When analyzing your body strength, there are many different types of tests and procedures that you can try to measure your results. In many cases though, focusing on yourself, your progress and your numbers is the best recommendation. Comparing your numbers to one of your colleagues is not always the best way to measure your baseline or progress.
One of the best ways to measure your strength levels is starting at YOUR baseline with a standard body weight test. Choose 2-4 body weight movements that you want to analyze, get your baseline, and begin your training. After 6-8 weeks of training, retest and see where your progress is. As you see some changes, continue your progression of your workouts. If you do not see any changes, it is time to reanalyze your workouts to make sure your workouts are setting you up for success.
Upper Body Test
Strict Push-Up Test — You can measure these two ways; by number of pushups in a set time or the number of perfect formed pushups to exertion. Once form breaks, the test is over.
Strict Pull-Up Test — You can utilize an inverted row test via TRX or suspension training system if you have previous history of shoulder injuries. After 6-8 weeks of training, retest and compare your previous numbers.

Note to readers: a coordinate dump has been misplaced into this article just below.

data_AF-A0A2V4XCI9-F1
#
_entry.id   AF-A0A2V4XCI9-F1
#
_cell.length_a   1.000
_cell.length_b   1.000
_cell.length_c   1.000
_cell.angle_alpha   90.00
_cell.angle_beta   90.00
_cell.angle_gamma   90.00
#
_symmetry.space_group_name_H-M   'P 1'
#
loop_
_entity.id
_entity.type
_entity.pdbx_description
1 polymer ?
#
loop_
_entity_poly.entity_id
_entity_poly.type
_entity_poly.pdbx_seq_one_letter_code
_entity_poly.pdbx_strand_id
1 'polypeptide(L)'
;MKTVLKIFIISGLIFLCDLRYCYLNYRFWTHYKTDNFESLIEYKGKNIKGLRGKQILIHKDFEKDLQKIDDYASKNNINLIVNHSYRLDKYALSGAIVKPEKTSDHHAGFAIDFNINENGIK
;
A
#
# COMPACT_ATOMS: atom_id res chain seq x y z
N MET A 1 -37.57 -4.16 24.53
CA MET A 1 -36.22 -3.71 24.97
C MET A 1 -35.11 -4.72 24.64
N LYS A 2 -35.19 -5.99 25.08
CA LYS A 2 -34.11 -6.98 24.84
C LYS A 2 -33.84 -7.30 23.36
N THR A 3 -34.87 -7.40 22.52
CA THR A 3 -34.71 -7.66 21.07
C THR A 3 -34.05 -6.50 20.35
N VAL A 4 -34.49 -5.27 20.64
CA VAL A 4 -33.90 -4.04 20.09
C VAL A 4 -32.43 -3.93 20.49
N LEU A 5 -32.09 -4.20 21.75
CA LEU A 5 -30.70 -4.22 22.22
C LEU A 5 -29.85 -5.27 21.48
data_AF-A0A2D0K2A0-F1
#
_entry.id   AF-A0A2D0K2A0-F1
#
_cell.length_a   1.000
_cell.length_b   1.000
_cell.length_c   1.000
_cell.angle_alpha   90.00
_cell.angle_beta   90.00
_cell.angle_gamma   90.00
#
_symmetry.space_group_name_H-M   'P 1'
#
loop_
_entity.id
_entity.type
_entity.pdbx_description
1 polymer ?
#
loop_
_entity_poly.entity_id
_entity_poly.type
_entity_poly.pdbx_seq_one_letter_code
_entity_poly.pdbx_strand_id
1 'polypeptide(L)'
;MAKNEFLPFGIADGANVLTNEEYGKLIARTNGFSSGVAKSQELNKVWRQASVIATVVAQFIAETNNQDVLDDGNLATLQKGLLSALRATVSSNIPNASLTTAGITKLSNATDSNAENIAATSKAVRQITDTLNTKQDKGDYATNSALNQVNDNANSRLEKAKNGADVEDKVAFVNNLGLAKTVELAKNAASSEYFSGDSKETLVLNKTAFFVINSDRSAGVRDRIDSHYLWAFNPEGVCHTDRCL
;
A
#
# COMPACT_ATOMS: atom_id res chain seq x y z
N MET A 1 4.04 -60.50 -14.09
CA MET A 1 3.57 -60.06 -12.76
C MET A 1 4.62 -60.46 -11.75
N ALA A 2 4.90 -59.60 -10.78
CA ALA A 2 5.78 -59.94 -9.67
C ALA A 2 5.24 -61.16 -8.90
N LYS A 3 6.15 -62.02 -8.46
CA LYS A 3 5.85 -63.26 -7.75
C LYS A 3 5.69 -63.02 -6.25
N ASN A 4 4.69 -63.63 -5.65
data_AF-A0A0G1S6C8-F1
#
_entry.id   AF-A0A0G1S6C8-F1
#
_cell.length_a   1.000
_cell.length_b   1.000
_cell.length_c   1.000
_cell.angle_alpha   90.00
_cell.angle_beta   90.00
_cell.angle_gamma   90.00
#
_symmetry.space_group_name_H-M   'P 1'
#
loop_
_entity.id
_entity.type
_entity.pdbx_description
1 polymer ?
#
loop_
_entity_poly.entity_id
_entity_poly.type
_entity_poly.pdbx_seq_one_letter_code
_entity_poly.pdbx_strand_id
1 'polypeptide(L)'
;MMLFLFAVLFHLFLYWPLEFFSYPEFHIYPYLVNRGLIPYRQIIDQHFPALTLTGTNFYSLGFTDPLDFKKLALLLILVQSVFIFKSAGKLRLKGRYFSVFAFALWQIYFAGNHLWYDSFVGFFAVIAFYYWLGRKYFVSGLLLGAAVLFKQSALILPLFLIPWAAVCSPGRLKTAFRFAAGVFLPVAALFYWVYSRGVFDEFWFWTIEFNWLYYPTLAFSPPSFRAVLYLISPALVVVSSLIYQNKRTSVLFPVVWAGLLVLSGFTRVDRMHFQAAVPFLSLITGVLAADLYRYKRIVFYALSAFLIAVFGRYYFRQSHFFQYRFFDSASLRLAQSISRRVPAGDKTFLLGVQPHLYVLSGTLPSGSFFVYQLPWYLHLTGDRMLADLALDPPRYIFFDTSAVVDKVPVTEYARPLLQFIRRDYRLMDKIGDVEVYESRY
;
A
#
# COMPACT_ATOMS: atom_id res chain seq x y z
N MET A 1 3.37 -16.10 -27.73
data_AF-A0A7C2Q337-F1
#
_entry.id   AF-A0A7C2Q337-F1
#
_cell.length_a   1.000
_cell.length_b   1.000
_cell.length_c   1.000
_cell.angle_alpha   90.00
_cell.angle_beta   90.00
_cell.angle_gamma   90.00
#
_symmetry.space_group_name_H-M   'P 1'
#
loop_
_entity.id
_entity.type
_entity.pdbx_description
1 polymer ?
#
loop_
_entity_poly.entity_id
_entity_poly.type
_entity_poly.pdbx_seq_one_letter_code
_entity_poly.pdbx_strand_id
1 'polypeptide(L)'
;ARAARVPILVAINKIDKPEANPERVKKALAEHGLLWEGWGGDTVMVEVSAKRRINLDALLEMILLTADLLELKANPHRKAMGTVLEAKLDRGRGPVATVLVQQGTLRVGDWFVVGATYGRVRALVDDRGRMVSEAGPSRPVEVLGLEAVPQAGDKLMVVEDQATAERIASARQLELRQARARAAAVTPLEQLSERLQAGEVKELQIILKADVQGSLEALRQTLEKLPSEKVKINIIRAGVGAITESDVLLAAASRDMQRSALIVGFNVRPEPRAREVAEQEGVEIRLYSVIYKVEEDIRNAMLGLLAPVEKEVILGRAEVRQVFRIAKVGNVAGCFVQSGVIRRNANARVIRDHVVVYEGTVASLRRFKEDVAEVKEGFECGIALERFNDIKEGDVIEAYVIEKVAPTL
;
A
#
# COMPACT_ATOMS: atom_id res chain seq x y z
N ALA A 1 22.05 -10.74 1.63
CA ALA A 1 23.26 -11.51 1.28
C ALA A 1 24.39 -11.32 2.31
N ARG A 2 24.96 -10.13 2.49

Lower Body Test
Squat Test — As you are evaluating lower body strength, focus on the quality of the squat pattern you currently have. Sometimes, doing more weight or more reps is not the best answer when you have poor patterning. Set a box/bench approximately 20 inches in height behind you. As you sit your hips back, touch the box (focus on not sitting, just a tap) and stand back to a full upright position. You can do this and measure the number of body weight squats over time or by loading yourself with a base weight (for example 50% of body weight) and squatting until form breaks. If you are going to do this test with loaded weight, please do this with the supervision of a professional.
Mile Test — (May also be used to measure your cardio, stay tuned for more information).Choose a machine or a track. Time yourself on how long it takes to complete 1 mile. You may feel that you are out of breath, showing a decreased cardiovascular system, but you may also feel that your legs are heavy and moving slow, showing decreased muscular strength and endurance. Continue this test and see how your cardiovascular system progresses over time.